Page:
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Nature publishes, in the last issue, an article about SUSY and LHC (see here).  The question is really simple to state. SUSY (SUperSYmmetry) is a solution to some problems that plagued physics for some time. An important question is the Higgs particle. In order to have the Standard Model properly working, one needs to fine tune the Higgs mass. SUSY, at the price to double all the existing particles, removes this need. But this can be obtained only if a finite parameter space of the theory is considered. This parameter space is what is explored at accelerator facilities like Tevatron and LHC. Tevatron was not able to uncover any SUSY partner for the known particles restricting it. Of course, with LHC opportunities are much larger and, with the recent papers by ATLAS and CMS, the parameter space has become dangerously smaller making somehow more difficult to remove fine tuning for the Higgs mass without fine tuning of the parameters of the SUSY, a paradoxical situation that can be avoided just forgetting about supersymmetry.

But, as often discussed in this blog, there is another way out saving both Higgs and supersymmetry. All the analysis carried out so far about Higgs field are from small perturbation theory and small couplings: This is the only technique known so far to manage a quantum field theory. If the coupling of the Higgs field is large, the way mass generation could happen is different being with a Schwinger-like mechanism. This imposes supersymmetry on all the particles in the model. This was discussed here. But in this way there is no parameter space to be constrainted for fine tuning to be avoided and this is a nice result indeed.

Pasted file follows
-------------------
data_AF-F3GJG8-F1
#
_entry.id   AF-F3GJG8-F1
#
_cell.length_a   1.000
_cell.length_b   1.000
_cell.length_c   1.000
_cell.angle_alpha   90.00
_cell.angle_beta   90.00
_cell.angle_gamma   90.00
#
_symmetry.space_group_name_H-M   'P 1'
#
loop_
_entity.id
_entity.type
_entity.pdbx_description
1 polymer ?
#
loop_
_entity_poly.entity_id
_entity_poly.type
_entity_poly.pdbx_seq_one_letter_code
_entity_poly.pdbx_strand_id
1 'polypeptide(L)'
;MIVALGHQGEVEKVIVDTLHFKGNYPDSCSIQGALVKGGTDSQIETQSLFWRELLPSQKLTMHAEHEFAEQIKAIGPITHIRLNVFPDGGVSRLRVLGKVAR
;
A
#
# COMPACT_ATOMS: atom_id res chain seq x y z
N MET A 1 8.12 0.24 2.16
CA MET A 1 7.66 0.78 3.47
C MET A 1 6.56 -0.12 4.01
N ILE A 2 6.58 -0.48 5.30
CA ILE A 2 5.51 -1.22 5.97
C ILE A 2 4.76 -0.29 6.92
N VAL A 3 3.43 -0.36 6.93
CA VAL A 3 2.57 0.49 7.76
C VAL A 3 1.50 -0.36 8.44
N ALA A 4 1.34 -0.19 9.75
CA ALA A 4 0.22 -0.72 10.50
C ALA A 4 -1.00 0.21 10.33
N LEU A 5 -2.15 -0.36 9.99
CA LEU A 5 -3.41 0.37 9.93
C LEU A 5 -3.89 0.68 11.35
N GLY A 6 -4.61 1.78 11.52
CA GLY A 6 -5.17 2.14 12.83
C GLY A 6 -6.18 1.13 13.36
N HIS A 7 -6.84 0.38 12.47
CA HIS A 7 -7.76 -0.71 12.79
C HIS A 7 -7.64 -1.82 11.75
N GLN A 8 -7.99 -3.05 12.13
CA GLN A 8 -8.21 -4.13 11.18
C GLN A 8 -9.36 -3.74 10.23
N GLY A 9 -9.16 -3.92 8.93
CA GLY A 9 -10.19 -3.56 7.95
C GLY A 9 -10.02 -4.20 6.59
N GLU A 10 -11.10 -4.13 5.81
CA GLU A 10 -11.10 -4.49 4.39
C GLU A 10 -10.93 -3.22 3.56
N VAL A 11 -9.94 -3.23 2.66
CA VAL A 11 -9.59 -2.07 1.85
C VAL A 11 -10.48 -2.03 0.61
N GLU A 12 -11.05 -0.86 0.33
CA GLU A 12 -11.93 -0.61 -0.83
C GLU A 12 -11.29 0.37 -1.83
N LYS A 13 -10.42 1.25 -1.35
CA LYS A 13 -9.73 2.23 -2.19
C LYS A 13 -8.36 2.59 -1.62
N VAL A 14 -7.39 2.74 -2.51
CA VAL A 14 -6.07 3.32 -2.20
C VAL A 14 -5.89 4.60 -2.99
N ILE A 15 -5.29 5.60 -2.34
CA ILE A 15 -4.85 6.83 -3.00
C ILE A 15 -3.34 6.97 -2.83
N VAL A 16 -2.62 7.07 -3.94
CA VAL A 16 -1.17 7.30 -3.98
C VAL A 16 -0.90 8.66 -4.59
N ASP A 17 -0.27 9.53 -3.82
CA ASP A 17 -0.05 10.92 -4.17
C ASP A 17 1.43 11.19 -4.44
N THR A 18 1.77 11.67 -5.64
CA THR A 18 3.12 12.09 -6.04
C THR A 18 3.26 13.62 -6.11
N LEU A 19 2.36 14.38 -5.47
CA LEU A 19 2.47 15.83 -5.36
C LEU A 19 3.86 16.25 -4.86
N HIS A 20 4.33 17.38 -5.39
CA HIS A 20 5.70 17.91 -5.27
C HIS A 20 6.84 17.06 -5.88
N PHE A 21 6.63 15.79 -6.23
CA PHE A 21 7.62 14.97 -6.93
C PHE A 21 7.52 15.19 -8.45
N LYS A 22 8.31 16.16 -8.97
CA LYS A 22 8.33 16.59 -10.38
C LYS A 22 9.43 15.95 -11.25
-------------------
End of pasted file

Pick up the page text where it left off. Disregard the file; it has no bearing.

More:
Of course, situation is not so dramatic yet and there is other work to be carried on at CERN, at least till the end of 2012, to say that SUSY is ruled out. Since then, it is already clear to everybody that exciting time are ahead us.

The ATLAS Collaboration (2011). Search for supersymmetry using final states with one lepton, jets, and missing transverse momentum with the ATLAS detector in sqrt{s} = 7 TeV pp
arxiv arXiv: 1102.2357v1

CMS Collaboration (2011). Search for Supersymmetry in pp Collisions at 7 TeV in Events with Jets
and Missing Transverse Energy arxiv arXiv: 1101.1628v1

The ATLAS Collaboration (2011). Search for squarks and gluinos using final states with jets and missing
transverse momentum with the ATLAS detector in sqrt(s) = 7 TeV proton-proton
collisions arxiv arXiv: 1102.5290v1

Marco Frasca (2010). Mass generation and supersymmetry arxiv arXiv: 1007.5275v2

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